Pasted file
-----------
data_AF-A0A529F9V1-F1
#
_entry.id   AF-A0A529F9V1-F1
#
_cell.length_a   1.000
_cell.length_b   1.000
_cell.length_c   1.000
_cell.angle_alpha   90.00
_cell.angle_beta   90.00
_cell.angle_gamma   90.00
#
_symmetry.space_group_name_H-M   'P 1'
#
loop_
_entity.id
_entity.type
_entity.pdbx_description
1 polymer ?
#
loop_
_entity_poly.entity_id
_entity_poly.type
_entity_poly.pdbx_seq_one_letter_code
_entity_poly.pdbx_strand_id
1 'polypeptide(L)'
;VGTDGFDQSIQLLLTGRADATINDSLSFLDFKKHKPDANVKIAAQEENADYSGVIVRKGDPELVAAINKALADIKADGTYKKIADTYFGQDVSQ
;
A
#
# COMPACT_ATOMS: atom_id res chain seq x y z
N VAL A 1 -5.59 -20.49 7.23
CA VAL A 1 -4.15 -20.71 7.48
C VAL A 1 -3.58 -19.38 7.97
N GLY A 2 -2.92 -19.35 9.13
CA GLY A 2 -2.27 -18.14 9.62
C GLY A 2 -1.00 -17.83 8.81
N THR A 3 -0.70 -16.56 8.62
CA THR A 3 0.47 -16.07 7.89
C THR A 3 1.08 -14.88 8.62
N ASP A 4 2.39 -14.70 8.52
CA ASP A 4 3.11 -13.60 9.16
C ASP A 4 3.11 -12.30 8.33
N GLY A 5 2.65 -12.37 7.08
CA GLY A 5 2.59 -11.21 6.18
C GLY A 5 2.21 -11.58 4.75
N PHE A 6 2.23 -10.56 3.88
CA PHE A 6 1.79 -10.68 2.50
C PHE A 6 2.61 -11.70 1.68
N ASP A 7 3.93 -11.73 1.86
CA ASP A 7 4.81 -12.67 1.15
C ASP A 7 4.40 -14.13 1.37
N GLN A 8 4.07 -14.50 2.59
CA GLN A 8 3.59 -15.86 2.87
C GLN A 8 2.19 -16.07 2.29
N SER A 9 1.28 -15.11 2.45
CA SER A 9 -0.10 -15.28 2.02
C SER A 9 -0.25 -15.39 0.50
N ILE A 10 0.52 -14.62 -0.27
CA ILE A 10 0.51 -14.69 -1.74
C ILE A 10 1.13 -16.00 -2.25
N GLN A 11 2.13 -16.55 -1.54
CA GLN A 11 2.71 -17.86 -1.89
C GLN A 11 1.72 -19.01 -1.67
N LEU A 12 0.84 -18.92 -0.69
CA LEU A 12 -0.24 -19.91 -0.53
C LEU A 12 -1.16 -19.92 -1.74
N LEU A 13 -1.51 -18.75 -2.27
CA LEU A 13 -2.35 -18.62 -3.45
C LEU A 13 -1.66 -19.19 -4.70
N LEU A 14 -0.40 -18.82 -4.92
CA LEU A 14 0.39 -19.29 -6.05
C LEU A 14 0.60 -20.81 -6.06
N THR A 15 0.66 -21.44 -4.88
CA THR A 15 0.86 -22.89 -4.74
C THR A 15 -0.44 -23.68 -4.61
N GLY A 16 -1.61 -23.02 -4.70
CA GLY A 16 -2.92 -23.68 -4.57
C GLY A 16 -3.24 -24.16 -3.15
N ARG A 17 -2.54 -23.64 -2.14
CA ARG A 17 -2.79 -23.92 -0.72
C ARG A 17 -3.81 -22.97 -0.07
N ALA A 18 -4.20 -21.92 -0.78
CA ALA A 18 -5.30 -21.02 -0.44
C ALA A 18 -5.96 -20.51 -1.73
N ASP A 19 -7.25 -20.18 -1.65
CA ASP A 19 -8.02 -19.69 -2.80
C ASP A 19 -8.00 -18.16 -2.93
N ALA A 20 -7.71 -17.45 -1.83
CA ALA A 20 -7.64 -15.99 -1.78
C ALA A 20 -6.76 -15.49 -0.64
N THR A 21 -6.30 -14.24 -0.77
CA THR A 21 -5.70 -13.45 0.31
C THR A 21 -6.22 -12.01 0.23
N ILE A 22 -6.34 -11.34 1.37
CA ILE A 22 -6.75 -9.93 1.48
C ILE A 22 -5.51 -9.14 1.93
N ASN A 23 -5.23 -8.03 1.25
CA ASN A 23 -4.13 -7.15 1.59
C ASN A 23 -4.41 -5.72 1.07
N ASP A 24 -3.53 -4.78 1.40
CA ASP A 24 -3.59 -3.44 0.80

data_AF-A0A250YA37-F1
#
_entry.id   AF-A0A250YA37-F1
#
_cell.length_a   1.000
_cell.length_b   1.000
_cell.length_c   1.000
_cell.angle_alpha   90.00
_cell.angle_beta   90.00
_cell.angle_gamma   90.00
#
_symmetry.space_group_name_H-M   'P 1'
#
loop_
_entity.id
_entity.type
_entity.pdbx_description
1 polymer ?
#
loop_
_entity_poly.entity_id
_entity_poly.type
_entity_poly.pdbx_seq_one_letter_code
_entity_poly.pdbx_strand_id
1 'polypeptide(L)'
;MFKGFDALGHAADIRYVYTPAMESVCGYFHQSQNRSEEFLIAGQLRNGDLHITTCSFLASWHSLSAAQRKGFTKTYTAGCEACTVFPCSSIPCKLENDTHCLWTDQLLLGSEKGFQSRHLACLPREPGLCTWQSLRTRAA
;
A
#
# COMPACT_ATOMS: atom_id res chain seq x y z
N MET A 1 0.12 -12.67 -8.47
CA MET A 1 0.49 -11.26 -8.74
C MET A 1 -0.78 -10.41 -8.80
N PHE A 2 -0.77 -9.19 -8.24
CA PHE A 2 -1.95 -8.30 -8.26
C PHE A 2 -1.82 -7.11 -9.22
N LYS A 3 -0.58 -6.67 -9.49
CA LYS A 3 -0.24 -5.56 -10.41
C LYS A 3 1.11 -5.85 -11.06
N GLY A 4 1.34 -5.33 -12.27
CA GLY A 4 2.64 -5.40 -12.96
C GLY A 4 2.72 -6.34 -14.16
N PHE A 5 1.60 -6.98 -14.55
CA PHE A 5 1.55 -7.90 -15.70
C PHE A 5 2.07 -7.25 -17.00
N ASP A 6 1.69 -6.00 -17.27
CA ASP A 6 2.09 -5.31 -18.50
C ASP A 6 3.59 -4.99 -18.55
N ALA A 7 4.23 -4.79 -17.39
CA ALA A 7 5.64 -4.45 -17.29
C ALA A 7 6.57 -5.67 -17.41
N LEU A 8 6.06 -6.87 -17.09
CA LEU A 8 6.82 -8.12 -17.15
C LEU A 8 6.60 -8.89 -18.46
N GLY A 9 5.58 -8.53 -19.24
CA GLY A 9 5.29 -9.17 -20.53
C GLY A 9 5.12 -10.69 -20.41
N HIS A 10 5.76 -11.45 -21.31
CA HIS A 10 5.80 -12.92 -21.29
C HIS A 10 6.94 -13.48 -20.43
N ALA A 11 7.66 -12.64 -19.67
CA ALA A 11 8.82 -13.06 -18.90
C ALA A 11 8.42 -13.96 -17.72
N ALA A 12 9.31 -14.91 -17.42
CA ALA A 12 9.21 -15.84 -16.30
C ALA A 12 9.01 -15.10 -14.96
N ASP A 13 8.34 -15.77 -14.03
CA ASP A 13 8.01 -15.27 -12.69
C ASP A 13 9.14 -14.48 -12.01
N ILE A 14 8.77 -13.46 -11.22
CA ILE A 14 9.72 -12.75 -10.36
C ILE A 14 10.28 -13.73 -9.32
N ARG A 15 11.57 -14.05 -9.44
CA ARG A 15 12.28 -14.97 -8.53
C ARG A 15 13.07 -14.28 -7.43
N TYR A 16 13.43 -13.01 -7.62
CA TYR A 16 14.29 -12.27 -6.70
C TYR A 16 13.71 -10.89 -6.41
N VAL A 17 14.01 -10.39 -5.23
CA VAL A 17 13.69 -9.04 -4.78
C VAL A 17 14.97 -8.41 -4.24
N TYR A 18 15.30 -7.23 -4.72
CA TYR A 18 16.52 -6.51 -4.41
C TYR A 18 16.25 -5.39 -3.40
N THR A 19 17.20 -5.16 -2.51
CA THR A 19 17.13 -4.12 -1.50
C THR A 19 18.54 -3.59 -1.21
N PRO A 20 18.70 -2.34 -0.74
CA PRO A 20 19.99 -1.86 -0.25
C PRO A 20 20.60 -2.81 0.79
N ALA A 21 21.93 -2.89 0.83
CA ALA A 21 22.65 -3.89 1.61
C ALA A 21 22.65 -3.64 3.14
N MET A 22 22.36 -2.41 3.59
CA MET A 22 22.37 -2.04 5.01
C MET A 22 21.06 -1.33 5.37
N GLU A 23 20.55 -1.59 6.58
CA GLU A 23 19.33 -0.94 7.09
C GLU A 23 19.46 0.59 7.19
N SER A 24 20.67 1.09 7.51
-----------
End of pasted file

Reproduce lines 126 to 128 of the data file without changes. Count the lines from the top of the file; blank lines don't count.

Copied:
1 'polypeptide(L)'
;MFKGFDALGHAADIRYVYTPAMESVCGYFHQSQNRSEEFLIAGQLRNGDLHITTCSFLASWHSLSAAQRKGFTKTYTAGCEACTVFPCSSIPCKLENDTHCLWTDQLLLGSEKGFQSRHLACLPREPGLCTWQSLRTRAA
;